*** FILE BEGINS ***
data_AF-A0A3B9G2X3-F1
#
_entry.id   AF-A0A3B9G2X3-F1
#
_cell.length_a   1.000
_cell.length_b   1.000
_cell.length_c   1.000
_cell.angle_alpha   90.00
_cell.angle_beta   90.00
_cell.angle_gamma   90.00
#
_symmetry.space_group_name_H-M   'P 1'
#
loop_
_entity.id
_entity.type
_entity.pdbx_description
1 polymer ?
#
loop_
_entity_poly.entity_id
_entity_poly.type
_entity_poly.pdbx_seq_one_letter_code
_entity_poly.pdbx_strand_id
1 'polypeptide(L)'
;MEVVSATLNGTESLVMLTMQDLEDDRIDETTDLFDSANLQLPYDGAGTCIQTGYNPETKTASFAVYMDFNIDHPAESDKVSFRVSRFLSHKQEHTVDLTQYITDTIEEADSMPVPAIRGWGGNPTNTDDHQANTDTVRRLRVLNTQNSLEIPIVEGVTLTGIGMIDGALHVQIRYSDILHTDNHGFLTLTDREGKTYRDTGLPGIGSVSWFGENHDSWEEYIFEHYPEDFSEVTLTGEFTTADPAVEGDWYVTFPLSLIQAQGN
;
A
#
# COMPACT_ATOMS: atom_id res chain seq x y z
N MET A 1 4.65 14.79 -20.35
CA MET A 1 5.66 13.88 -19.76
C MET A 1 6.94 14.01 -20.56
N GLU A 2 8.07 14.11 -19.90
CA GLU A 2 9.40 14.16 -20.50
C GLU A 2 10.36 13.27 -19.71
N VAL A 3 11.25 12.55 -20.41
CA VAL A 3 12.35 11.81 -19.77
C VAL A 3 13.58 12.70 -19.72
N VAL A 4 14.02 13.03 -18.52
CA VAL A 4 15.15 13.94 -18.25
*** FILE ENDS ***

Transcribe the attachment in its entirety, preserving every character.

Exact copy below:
data_AF-A0A3B9G2X3-F1
#
_entry.id   AF-A0A3B9G2X3-F1
#
_cell.length_a   1.000
_cell.length_b   1.000
_cell.length_c   1.000
_cell.angle_alpha   90.00
_cell.angle_beta   90.00
_cell.angle_gamma   90.00
#
_symmetry.space_group_name_H-M   'P 1'
#
loop_
_entity.id
_entity.type
_entity.pdbx_description
1 polymer ?
#
loop_
_entity_poly.entity_id
_entity_poly.type
_entity_poly.pdbx_seq_one_letter_code
_entity_poly.pdbx_strand_id
1 'polypeptide(L)'
;MEVVSATLNGTESLVMLTMQDLEDDRIDETTDLFDSANLQLPYDGAGTCIQTGYNPETKTASFAVYMDFNIDHPAESDKVSFRVSRFLSHKQEHTVDLTQYITDTIEEADSMPVPAIRGWGGNPTNTDDHQANTDTVRRLRVLNTQNSLEIPIVEGVTLTGIGMIDGALHVQIRYSDILHTDNHGFLTLTDREGKTYRDTGLPGIGSVSWFGENHDSWEEYIFEHYPEDFSEVTLTGEFTTADPAVEGDWYVTFPLSLIQAQGN
;
A
#
# COMPACT_ATOMS: atom_id res chain seq x y z
N MET A 1 4.65 14.79 -20.35
CA MET A 1 5.66 13.88 -19.76
C MET A 1 6.94 14.01 -20.56
N GLU A 2 8.07 14.11 -19.90
CA GLU A 2 9.40 14.16 -20.50
C GLU A 2 10.36 13.27 -19.71
N VAL A 3 11.25 12.55 -20.41
CA VAL A 3 12.35 11.81 -19.77
C VAL A 3 13.58 12.70 -19.72
N VAL A 4 14.02 13.03 -18.52
CA VAL A 4 15.15 13.94 -18.25